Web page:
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Wikipedia defines counter then gives examples.
Then it proceeds to give examples of open counter without having given any definition of it:

In typography, a counter or aperture is the area of typeface anatomy that is entirely or partially enclosed by a letter form or a symbol (the counter-space/the hole of). Letters containing closed counters include A, B, D, O, P, Q, R, a, b, d, e, g, o, p, and q. Letters containing open counters include c, f, h, i, s etc.

So, what is the proper definition of "open counter"?
To illustrate, could you give a handful examples of characters that contain no open counters?

Is it synonymous with "aperture"? 'Fonts and Encodings', O'Reilly 2007. Pg. 4 says:

The counter, which is the inner part of a letter, for example, the space inside an 'o' and 'O', a 'D', etc. The counter of an 'e' is commonly called an eye. When the letter is open at one end, as is the case with 'n' we speak instead of an aperture.

I have drawn my interpretation of open counter in green below, is it correct?

enter image description here

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Using a map metaphor:

A counter is a lake.

An open counter is a bay.

enter image description here

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So there are not so many examples of characters that contain no open counters I guess? Except 0 o 。. ・ - _ \ / ` | ' – Nicolas Raoul Apr 17 '14 at 1:04
Correct. Actually, I'm not entirely sure what wikipedia considers the open counter in an 'i' to be. Remember that type terminology tends to be a little fuzzy in nature. The definitions are more along the lines of 'mostly accepted conventions' but there's always room for debate. – DA01 Apr 17 '14 at 1:06
I'd think an i can have an open counter if it curves towards the bottom-right. But it's an uneducated guess. – Yisela Apr 17 '14 at 2:06

Adding to DA's great answer, some more info about open counters and legibility.

First of all, as mentioned a counter is the partially (open) or fully (closed) enclosed space in a letter. As I see it, all these letters have counters: b,d,g,o,p,q,A,B,D,O,P,Q and R. An these have open counters: a,c,g,s,C,G and S.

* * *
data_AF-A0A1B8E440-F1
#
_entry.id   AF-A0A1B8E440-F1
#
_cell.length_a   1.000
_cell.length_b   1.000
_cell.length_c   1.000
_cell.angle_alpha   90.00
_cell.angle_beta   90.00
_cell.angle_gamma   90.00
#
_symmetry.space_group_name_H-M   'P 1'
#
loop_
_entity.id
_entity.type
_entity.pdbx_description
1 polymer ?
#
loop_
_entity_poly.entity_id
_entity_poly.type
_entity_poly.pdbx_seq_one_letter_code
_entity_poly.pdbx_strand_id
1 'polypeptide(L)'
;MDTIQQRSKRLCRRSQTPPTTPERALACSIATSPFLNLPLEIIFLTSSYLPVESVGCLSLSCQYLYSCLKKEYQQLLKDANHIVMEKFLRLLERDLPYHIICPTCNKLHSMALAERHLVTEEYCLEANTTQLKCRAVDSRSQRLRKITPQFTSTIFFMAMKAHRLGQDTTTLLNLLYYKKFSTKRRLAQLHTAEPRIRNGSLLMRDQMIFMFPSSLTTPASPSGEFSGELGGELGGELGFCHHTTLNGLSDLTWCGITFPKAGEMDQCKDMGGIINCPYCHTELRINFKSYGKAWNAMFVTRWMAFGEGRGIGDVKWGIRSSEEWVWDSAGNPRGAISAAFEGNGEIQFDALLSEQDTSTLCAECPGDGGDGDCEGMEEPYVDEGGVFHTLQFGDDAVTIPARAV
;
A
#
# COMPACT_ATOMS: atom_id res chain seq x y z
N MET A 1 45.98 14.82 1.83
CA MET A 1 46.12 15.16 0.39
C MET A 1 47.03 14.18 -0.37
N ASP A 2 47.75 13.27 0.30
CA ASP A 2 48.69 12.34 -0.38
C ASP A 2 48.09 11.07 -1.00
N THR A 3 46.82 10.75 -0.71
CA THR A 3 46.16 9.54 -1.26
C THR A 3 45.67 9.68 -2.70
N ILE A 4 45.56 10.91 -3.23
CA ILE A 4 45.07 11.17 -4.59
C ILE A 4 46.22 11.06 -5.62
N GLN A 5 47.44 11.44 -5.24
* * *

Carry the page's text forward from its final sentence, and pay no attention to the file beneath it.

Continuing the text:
Another example of an open counter to add to the 'cartography a":

enter image description here


Counters can help with legibility, although they need to be combined with other properties such as x-height:

Taller x-heights (usually) result in an overall increase in legibility, thus causing a direct correlation between counters and x-height.

Compare the difference between a typeface with small short counters and a typeface with large counters and taller x-height:

enter image description here

While the first one has large counters, the second one has smaller ones, but larger x-height. Of course larger x-heights is just part of the equation. The most efficient typefaces with the best ratio of x-height and cap height seem to be between 67 to 69 percent of the cap height.

A nice related article on legibility and the related study where the previous information came from.


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So, small counters can imply legibility, and small counters imply large open counters, right? In the image, is it intended that the blue zone does not reach a bit further right? This image invalidates the definition I was thinking about, which was "every point that is not part of the letter but can be reached by drawing a line between two points belonging to the letter". – Nicolas Raoul Apr 17 '14 at 2:14
@NicolasRaoul I don't think such hard math-based rules will work well with typographic definitions. Again, we're a bit loose with our terms and definitions in the world of type. – DA01 Apr 17 '14 at 2:15
I have to agree. I had a more flexible concept of open counter in mind, you last example made it trickier for me. I wouldn't consider those spaces as structural parts of the glyph, but I like to think of a and e as good examples of open counters. – Yisela Apr 17 '14 at 2:30

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